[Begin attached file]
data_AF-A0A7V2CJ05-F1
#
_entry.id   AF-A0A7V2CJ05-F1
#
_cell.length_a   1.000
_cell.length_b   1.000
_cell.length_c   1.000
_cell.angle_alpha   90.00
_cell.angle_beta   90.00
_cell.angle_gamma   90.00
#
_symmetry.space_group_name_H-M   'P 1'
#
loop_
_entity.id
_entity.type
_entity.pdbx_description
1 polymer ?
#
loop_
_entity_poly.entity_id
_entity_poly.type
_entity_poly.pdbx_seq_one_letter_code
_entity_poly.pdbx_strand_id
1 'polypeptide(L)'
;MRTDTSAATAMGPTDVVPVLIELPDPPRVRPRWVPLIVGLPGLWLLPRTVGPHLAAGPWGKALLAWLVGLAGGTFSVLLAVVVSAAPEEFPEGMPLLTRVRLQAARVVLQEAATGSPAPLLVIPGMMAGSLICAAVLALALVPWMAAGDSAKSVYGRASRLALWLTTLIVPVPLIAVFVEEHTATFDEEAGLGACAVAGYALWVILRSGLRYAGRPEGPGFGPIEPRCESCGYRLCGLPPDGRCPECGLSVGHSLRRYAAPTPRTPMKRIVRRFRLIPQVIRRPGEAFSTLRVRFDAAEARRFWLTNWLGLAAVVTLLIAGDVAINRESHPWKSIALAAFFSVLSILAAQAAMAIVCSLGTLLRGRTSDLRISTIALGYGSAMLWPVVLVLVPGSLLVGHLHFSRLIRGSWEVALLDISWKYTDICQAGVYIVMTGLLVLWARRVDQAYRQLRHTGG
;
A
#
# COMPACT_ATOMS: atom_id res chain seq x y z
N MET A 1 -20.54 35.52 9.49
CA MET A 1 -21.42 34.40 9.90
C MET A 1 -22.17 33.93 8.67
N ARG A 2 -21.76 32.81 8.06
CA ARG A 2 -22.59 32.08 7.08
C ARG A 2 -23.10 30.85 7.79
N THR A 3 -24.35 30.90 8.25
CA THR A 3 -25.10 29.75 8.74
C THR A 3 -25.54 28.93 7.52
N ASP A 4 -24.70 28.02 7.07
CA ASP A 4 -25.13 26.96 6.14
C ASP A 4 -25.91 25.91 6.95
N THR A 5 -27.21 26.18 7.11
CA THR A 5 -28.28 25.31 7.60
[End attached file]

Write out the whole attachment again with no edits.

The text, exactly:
data_AF-A0A7V2CJ05-F1
#
_entry.id   AF-A0A7V2CJ05-F1
#
_cell.length_a   1.000
_cell.length_b   1.000
_cell.length_c   1.000
_cell.angle_alpha   90.00
_cell.angle_beta   90.00
_cell.angle_gamma   90.00
#
_symmetry.space_group_name_H-M   'P 1'
#
loop_
_entity.id
_entity.type
_entity.pdbx_description
1 polymer ?
#
loop_
_entity_poly.entity_id
_entity_poly.type
_entity_poly.pdbx_seq_one_letter_code
_entity_poly.pdbx_strand_id
1 'polypeptide(L)'
;MRTDTSAATAMGPTDVVPVLIELPDPPRVRPRWVPLIVGLPGLWLLPRTVGPHLAAGPWGKALLAWLVGLAGGTFSVLLAVVVSAAPEEFPEGMPLLTRVRLQAARVVLQEAATGSPAPLLVIPGMMAGSLICAAVLALALVPWMAAGDSAKSVYGRASRLALWLTTLIVPVPLIAVFVEEHTATFDEEAGLGACAVAGYALWVILRSGLRYAGRPEGPGFGPIEPRCESCGYRLCGLPPDGRCPECGLSVGHSLRRYAAPTPRTPMKRIVRRFRLIPQVIRRPGEAFSTLRVRFDAAEARRFWLTNWLGLAAVVTLLIAGDVAINRESHPWKSIALAAFFSVLSILAAQAAMAIVCSLGTLLRGRTSDLRISTIALGYGSAMLWPVVLVLVPGSLLVGHLHFSRLIRGSWEVALLDISWKYTDICQAGVYIVMTGLLVLWARRVDQAYRQLRHTGG
;
A
#
# COMPACT_ATOMS: atom_id res chain seq x y z
N MET A 1 -20.54 35.52 9.49
CA MET A 1 -21.42 34.40 9.90
C MET A 1 -22.17 33.93 8.67
N ARG A 2 -21.76 32.81 8.06
CA ARG A 2 -22.59 32.08 7.08
C ARG A 2 -23.10 30.85 7.79
N THR A 3 -24.35 30.90 8.25
CA THR A 3 -25.10 29.75 8.74
C THR A 3 -25.54 28.93 7.52
N ASP A 4 -24.70 28.02 7.07
CA ASP A 4 -25.13 26.96 6.14
C ASP A 4 -25.91 25.91 6.95
N THR A 5 -27.21 26.18 7.11
CA THR A 5 -28.28 25.31 7.60